NHL 20 delivers fast, fluid, and frequent action on the ice, offering the best core gameplay mechanics seen on this console generation.
NHL 20 offers players the most progressive slide forward in terms of core gameplay mechanics that the current console generation has seen, but did EA Sports do enough to build from the solid platform that the core mechanics provide? After checking out this year's take featuring the likes of the new Eliminator game modes, an updated franchise experience, and deking our way through the online action, we can firmly attest that NHL 20 represents the best of what the franchise offers on the current console generation - though some game modes seem to have been left on the bench.
When NHL 19 announced that the series was going to switch over to the Real Player Motion engine that powers the likes of the FIFA franchise, there were always going to be growing pains. Now that the NHL developers have had time to acclimate to the engine however, they seem to have struck a fine chord between realistic player and puck physics and an intuitive stick control system. NHL 20 is perhaps the most fluid-feeling NHL game of all-time, with the in-game skate, deke, and checking mechanics all working together relatively flawlessly. Given that this is the groundwork the entirety of the game is built off of, this was a major aspect to get right - and that's exactly what the developers have done.
The theme of borrowing what worked in FIFA extends into HUT, which now features Squad Battles - an single-player experience which allows HUT players to test their squads against celebrity-inspired lineups in offline competition to win points. Ultimate Team now features over 400 hockey icons that players can potentially win in card packs, with the trading card-inspired game mode providing as addictive as ever - which is exactly why EA Sports is keen to invest so much into it.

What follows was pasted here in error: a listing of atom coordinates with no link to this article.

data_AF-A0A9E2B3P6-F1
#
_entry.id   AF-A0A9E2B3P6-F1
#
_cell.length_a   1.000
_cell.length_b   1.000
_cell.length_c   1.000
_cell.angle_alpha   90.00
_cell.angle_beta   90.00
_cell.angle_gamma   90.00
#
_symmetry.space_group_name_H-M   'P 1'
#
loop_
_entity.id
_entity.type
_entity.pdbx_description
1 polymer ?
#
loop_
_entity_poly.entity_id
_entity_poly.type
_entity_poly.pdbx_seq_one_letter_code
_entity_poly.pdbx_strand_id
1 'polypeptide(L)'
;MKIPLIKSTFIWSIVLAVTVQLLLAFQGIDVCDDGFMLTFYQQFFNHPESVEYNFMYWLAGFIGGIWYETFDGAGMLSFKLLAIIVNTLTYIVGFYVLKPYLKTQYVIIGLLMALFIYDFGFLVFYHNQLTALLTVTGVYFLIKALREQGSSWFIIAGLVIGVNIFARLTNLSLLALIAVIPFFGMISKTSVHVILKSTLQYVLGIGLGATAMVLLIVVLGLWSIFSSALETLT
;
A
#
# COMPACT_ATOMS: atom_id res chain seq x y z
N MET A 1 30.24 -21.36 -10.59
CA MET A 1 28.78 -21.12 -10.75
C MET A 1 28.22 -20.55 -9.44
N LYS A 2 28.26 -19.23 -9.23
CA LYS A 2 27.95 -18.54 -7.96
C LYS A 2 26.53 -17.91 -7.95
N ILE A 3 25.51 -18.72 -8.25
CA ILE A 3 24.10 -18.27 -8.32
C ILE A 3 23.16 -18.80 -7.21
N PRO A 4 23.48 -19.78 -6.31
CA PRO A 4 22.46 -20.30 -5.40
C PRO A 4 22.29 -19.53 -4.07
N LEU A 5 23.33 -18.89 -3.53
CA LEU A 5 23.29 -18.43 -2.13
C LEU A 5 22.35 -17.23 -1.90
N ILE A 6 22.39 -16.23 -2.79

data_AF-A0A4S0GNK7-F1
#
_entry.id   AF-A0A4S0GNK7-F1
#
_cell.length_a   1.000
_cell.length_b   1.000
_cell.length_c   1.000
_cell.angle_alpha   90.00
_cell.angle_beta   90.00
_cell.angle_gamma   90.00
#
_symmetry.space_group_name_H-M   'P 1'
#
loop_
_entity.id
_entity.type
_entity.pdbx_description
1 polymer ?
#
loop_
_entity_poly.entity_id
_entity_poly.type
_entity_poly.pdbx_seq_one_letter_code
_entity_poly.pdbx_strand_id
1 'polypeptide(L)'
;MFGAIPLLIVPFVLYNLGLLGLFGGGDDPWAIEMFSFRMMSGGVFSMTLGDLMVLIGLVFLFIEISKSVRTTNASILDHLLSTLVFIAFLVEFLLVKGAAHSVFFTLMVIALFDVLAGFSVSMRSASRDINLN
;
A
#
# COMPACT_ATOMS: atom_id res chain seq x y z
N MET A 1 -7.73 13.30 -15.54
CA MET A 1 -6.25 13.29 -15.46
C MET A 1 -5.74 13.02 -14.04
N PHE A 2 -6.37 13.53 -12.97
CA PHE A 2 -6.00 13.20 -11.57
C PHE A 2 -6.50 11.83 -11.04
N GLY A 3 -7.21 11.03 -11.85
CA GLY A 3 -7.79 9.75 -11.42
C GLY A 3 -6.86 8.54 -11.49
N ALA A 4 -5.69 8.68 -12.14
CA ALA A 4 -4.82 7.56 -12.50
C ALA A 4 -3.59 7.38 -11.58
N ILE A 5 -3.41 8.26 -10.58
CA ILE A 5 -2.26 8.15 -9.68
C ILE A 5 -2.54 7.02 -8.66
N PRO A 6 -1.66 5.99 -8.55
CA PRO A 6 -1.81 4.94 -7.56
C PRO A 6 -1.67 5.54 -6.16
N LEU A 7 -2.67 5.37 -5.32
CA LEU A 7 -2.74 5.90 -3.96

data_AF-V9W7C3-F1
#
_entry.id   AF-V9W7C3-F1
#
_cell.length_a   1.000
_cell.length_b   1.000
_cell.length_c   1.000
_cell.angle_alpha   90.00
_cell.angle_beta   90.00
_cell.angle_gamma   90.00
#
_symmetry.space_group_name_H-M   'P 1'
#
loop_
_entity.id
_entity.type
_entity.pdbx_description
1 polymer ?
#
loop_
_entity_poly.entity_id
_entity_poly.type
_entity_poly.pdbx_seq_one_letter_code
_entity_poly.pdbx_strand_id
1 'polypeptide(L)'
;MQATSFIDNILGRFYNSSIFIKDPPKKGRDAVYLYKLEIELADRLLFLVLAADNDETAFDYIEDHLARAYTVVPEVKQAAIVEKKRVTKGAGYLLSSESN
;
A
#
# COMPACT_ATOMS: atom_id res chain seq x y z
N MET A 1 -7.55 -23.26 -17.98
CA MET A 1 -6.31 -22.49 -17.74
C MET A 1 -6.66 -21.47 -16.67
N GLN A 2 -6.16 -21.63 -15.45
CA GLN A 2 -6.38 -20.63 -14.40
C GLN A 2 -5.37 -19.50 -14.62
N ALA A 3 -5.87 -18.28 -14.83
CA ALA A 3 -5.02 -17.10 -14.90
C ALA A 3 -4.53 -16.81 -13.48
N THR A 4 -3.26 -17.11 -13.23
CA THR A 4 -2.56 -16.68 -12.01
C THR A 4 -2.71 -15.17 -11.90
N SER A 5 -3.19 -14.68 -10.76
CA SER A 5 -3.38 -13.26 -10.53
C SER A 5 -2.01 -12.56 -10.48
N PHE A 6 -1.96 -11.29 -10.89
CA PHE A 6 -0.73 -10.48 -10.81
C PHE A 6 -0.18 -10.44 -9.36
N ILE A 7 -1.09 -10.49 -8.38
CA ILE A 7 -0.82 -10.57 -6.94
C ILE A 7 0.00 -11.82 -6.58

In stark contrast, the EA SHL and Be A Pro modes have been left almost entirely untouched, with the developers having largely focused on the more-popular World of CHEL instead. Ones and Threes proved to be wildly popular recent additions to the franchise, with EA Sports now updating both modes with battle royale-inspired versions that provide plenty of high-stakes gameplay in a relatively short time frame. The end result is the same Ones and Threes gameplay that fans already liked, but with an optional short tournament elimination system that makes the latter stages feel like a cup final. EA Sports is continuing to compliment World of Chel with weekly cosmetic rewards, and has expanded on last year's series-first outdoor rink with a selection of new outdoor variants that range from a farmland rink in Saskatchewan-inspired prairies to the Rideau Canal.
Speaking of visuals, gamers will see a jarringly different strategy to how the game presents itself: gone are the NBC television mechanics and the long-time commentary team of Mike Emerick and Eddie Olczyk. The duo have been replaced by radio personality James Cybulski and former hockey pro Ray Ferarro, with NHL creative director William Ho explaining that having local Vancouver-based talent allows the studio to update commentary lines on a more regular basis. Given that this is their first year of action, some of the commentary feels repetitive at the moment - though hopefully regular audio updates will make this less noticeable as the year goes on. All-in-all, the new visuals come across just as smoothly as the game's physics engine, and the result is finely-tuned production value that comes in spades.
Fans of Franchise Mode will be happy to hear that EA Sports has invested in some new game-changing elements, which include the likes of line chemistry, coaching staff mechanics, an all-new conversation system, and a new scouting system that combine to provide a fresh coat of paint to a game mode that, despite NHL 19 adding a few bells and whistles, hasn't seen a large focus like World of Chel. For gamers who enjoy seeing their draft picks blossom into the next Auston Matthews or help their favorite team hoist the Stanley Cup, it's great to see Franchise Mode get some much-needed love.
Much like the ice that the in-game players ply their trade on, NHL 20 has a stunning amount of polish. The game sets a high quality tone with a physics engine that makes even the most basic actions feel fluid and authentic, and it builds on that feeling with plenty of fun gameplay experiences: whether one chooses to hop into World of Chel and dab after slamming home a slap shot in Ones, break the Leafs' playoff curse in Franchise Mode, or simply best their friend for bragging rights in a quick game, NHL 20 is the real deal: this is one of the franchise's best efforts in years. EA Sports may never have blessed it with a storyline mode while leaving the likes of Be A Pro or EA SHL largely untouched, but gamers eager for smooth action likely won't mind at all.
NHL 20 is available now for PlayStation 4 and Xbox One. Screen Rant was provided with an Xbox One key for this review.